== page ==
Janet is 33, one of the older athletes in the race. She is only recently a US citizen as of last September, having been born in Kenya. But, this is no story of a ringer-runner-turned-US-citizen who will dominate the race. She grew up in a part of Kenya where running was socially unacceptable for females and didn’t start running until high school. She moved to the US to attend a DII university in Arkansas, Harding University, recruited to run there by a coach who saw potential in a relatively “slow” young Kenyan girl who boasted a 5K PR still north of 20 minutes at the time. While working extra jobs to send money home to family in Kenya, she thrived at the DII level, eventually winning 3 DII national titles, but went on to nursing school after graduation receiving no offers for sponsorship or to join an Olympic Development team. But, she kept running and working hard, getting faster. Now, she has won 2 national road titles in the last 12 months, and comes to Eugene fit and ready to make an Olympic team. I think she will do it tonight, regardless of how the race goes. And, she will do as a perfect representative of what the American dream can be.
Alisha comes into this race with a 10K PR that is 18 seconds off of the Olympic A standard. If anyone can hit the standard tonight, she is the one. She has lowered her 10K PR by over a minute in the last year and has several, recent and prominent results including a 2nd place finish in the US Road Mile. Her day job… she is a full-time accountant, complete with a LinkedIn Profile here (http://www.linkedin.com/in/alishawilliamscpa). She is proof that runners at the Trials come from all places. But, without the A standard, she must run the race of her life. Can she do it? I am rooting for her!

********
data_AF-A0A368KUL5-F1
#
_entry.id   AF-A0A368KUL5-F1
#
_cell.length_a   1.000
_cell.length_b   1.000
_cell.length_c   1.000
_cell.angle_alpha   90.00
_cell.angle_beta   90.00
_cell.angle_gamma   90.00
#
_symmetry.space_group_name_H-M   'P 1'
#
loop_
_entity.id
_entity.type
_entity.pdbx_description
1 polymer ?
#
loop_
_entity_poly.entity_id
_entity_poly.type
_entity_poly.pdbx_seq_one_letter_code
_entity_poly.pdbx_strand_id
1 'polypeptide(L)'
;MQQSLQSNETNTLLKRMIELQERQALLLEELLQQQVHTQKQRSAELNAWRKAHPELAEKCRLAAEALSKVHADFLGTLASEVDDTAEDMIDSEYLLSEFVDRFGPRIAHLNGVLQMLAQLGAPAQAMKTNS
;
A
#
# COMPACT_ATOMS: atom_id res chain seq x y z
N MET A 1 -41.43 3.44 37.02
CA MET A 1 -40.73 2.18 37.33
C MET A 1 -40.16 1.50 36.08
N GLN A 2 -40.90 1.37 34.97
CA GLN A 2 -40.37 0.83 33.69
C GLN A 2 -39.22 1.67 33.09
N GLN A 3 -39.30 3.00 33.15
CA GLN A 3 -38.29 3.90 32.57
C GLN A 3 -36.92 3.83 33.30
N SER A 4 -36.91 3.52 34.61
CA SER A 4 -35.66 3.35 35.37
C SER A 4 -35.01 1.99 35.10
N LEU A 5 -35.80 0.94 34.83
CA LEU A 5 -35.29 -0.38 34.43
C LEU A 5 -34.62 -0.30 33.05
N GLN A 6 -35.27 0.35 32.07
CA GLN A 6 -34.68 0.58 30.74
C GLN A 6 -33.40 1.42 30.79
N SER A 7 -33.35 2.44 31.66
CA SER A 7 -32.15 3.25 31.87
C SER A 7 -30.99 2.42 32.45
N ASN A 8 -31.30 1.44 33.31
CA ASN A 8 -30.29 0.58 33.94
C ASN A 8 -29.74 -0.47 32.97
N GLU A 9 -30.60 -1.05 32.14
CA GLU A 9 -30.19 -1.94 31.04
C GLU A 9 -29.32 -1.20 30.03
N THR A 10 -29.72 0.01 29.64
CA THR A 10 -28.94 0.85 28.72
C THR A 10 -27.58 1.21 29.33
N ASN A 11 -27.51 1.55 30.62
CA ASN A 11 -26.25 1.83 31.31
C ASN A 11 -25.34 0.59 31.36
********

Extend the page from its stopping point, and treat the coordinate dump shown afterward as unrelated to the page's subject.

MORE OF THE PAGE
Even with 4 US national titles and 3 NCAA titles to her name, Katie McGregor is more famous for what she hasn’t done that what she has done. Her claim to fame: finishing 4th at the last 2 Olympic Trials for the 10K, one spot from making the team in 2004 and 2008. This race is likely her last chance to truly go for it, but she still needs to the hit the A standard, and her recent fitness is a question mark. It is hard to say where she will finish tonight, but you can count on this… she will stick her nose in the race and go for it. She has nothing to lose.
Like Aaron Braun in the men’s 10K, Stephanie and Kellyn are teammates from McMillan Elite in Flagstaff. You can pick them out on the track by their purple and reddish Adidas kits. Both of them have similar personal bests, but they need to chop nearly a minute off of their PRs to get the A standard. That said, they have shown strong recent fitness and potential. Stephanie is a 2:29 marathoner and went into the Olympic Marathon Trials as a top 10 favorite, although suffered an injury in the race and did not finish. This race is her chance for redemption, and I wouldn’t be surprised if these two teammates worked together to force the pace if no one else will.
My prediction: My heart wants to see a fairy-tale ending, and I hope that a surprise name earns an Olympic spot. But, the cynic in me prevails this time. A coalition of “everyone else” will push the pace early and go after the Olympic A standard, but the favorites will be the only ones standing by the end. I predict that Shalane wins easily with Cherbon-Bawcum and Hastings rounding out the top 3, and Uhl will join those two on the Olympic team.